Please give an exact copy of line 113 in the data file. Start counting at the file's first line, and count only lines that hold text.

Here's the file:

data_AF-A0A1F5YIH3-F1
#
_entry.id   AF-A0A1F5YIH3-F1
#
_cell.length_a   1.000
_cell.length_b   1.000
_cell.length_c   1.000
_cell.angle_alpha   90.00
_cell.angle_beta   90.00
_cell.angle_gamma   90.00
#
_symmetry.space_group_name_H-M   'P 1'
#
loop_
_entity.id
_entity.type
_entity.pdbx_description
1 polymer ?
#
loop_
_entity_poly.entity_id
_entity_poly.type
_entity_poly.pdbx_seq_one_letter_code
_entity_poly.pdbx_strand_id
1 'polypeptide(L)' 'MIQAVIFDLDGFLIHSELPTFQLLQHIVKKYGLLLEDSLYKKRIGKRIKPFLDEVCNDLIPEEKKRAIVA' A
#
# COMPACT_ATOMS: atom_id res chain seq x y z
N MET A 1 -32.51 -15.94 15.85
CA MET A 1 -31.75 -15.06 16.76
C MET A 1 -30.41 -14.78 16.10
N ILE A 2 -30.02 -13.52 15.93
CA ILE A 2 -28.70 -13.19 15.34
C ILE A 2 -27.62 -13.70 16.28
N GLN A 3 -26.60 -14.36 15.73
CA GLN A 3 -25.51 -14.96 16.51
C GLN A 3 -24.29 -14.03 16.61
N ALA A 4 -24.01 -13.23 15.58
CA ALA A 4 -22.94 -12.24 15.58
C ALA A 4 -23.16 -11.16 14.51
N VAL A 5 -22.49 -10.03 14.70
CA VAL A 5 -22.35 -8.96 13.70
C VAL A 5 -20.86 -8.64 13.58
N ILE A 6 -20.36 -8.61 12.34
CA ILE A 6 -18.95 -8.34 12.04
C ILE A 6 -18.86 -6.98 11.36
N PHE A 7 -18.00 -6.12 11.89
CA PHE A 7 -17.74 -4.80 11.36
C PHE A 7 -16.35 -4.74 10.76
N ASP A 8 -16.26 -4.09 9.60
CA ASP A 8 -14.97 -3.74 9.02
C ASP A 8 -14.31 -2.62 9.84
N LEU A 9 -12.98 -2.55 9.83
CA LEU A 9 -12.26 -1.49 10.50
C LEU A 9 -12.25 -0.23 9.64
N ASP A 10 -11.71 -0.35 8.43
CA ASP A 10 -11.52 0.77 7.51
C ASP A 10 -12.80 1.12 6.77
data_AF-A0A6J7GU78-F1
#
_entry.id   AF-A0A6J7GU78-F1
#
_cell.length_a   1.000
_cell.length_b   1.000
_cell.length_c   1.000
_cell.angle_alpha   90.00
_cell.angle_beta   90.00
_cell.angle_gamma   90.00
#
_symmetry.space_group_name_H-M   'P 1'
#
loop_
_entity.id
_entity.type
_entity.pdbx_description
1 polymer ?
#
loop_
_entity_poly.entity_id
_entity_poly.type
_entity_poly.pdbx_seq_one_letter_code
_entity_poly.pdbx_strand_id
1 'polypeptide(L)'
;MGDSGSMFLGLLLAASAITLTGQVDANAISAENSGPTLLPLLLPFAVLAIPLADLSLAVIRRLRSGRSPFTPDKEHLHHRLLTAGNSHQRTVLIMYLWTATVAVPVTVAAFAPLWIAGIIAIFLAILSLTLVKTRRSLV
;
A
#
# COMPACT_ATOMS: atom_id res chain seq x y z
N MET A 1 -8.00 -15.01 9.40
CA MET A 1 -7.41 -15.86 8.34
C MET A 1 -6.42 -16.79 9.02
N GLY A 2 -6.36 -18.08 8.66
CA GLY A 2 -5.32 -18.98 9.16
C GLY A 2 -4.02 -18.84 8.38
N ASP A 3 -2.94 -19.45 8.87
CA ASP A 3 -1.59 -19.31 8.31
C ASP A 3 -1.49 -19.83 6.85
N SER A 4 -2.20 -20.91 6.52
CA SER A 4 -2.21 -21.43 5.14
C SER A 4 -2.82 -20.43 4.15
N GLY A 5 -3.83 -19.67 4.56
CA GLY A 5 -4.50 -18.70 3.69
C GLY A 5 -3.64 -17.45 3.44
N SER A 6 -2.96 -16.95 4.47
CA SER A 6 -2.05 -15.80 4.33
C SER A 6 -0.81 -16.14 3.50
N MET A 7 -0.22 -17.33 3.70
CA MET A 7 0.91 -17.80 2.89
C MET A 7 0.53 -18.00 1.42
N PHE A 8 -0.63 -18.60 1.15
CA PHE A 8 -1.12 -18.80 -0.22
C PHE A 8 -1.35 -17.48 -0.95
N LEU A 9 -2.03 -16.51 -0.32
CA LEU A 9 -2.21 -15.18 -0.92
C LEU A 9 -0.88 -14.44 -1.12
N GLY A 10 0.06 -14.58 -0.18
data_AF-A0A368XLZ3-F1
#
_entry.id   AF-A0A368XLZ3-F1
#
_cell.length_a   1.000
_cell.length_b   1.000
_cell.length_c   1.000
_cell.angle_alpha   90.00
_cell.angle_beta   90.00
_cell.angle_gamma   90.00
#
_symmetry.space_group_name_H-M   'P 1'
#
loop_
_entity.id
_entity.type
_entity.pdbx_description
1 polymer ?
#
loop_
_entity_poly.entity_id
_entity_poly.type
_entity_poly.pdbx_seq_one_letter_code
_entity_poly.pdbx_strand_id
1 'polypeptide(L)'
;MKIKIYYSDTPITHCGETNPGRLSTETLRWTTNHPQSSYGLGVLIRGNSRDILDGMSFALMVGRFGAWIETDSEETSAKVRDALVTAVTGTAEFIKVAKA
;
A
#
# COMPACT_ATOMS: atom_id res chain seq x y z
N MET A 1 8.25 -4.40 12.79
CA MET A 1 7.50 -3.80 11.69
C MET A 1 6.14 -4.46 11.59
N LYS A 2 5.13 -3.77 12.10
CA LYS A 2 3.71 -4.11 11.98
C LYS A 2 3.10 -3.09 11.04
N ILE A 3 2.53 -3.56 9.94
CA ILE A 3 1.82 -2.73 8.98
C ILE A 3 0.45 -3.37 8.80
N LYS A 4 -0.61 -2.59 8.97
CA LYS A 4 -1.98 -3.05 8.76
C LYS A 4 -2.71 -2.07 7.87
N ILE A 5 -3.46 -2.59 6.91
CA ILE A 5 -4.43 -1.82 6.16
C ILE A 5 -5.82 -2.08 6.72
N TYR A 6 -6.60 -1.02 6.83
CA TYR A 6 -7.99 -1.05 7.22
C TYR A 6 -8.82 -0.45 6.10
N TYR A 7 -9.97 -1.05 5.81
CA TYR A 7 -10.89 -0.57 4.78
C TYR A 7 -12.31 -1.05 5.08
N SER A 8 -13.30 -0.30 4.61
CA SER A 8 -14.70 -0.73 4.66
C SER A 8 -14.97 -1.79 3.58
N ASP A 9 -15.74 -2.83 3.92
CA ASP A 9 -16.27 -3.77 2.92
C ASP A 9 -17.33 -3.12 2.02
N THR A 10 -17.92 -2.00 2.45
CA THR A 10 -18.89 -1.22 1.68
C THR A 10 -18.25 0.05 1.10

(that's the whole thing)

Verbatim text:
CA LEU A 9 -2.21 -15.18 -0.92